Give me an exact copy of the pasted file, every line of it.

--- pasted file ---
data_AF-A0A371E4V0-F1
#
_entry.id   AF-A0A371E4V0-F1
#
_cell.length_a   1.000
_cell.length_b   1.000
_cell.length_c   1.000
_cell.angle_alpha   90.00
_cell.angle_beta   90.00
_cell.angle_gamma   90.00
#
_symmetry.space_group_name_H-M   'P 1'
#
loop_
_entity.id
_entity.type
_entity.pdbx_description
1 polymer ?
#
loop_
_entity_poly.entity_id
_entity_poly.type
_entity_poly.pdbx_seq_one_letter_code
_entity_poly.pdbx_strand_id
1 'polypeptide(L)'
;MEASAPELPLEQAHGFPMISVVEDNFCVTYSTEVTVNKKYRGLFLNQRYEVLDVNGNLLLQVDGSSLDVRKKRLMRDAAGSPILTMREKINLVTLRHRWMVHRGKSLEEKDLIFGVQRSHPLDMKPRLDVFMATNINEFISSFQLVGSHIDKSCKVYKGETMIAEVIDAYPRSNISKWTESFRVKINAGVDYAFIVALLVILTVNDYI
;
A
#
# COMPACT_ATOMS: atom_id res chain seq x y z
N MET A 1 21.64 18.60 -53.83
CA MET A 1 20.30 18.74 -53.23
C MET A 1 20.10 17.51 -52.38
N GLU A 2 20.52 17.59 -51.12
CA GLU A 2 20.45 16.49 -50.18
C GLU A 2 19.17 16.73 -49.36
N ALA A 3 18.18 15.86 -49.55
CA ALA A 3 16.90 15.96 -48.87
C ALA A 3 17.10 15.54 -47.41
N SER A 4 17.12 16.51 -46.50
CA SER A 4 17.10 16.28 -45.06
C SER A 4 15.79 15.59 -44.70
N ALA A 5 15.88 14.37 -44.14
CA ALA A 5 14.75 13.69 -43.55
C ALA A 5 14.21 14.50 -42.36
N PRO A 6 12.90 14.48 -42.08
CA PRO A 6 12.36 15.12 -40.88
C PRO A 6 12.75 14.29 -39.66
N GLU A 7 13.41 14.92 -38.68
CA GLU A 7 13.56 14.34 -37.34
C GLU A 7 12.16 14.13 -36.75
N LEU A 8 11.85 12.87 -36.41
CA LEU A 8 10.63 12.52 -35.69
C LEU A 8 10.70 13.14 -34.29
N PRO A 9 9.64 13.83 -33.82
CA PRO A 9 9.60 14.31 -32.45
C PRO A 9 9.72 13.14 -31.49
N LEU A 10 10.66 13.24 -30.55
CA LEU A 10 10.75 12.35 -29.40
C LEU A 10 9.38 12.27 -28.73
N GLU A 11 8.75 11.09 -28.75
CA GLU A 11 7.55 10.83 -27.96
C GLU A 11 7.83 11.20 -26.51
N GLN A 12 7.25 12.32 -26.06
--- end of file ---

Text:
data_AF-A0A371E4V0-F1
#
_entry.id   AF-A0A371E4V0-F1
#
_cell.length_a   1.000
_cell.length_b   1.000
_cell.length_c   1.000
_cell.angle_alpha   90.00
_cell.angle_beta   90.00
_cell.angle_gamma   90.00
#
_symmetry.space_group_name_H-M   'P 1'
#
loop_
_entity.id
_entity.type
_entity.pdbx_description
1 polymer ?
#
loop_
_entity_poly.entity_id
_entity_poly.type
_entity_poly.pdbx_seq_one_letter_code
_entity_poly.pdbx_strand_id
1 'polypeptide(L)'
;MEASAPELPLEQAHGFPMISVVEDNFCVTYSTEVTVNKKYRGLFLNQRYEVLDVNGNLLLQVDGSSLDVRKKRLMRDAAGSPILTMREKINLVTLRHRWMVHRGKSLEEKDLIFGVQRSHPLDMKPRLDVFMATNINEFISSFQLVGSHIDKSCKVYKGETMIAEVIDAYPRSNISKWTESFRVKINAGVDYAFIVALLVILTVNDYI
;
A
#
# COMPACT_ATOMS: atom_id res chain seq x y z
N MET A 1 21.64 18.60 -53.83
CA MET A 1 20.30 18.74 -53.23
C MET A 1 20.10 17.51 -52.38
N GLU A 2 20.52 17.59 -51.12
CA GLU A 2 20.45 16.49 -50.18
C GLU A 2 19.17 16.73 -49.36
N ALA A 3 18.18 15.86 -49.55
CA ALA A 3 16.90 15.96 -48.87
C ALA A 3 17.10 15.54 -47.41
N SER A 4 17.12 16.51 -46.50
CA SER A 4 17.10 16.28 -45.06
C SER A 4 15.79 15.59 -44.70
N ALA A 5 15.88 14.37 -44.14
CA ALA A 5 14.75 13.69 -43.55
C ALA A 5 14.21 14.50 -42.36
N PRO A 6 12.90 14.48 -42.08
CA PRO A 6 12.36 15.12 -40.88
C PRO A 6 12.75 14.29 -39.66
N GLU A 7 13.41 14.92 -38.68
CA GLU A 7 13.56 14.34 -37.34
C GLU A 7 12.16 14.13 -36.75
N LEU A 8 11.85 12.87 -36.41
CA LEU A 8 10.63 12.52 -35.69
C LEU A 8 10.70 13.14 -34.29
N PRO A 9 9.64 13.83 -33.82
CA PRO A 9 9.60 14.31 -32.45
C PRO A 9 9.72 13.14 -31.49
N LEU A 10 10.66 13.24 -30.55
CA LEU A 10 10.75 12.35 -29.40
C LEU A 10 9.38 12.27 -28.73
N GLU A 11 8.75 11.09 -28.75
CA GLU A 11 7.55 10.83 -27.96
C GLU A 11 7.83 11.20 -26.51
N GLN A 12 7.25 12.32 -26.06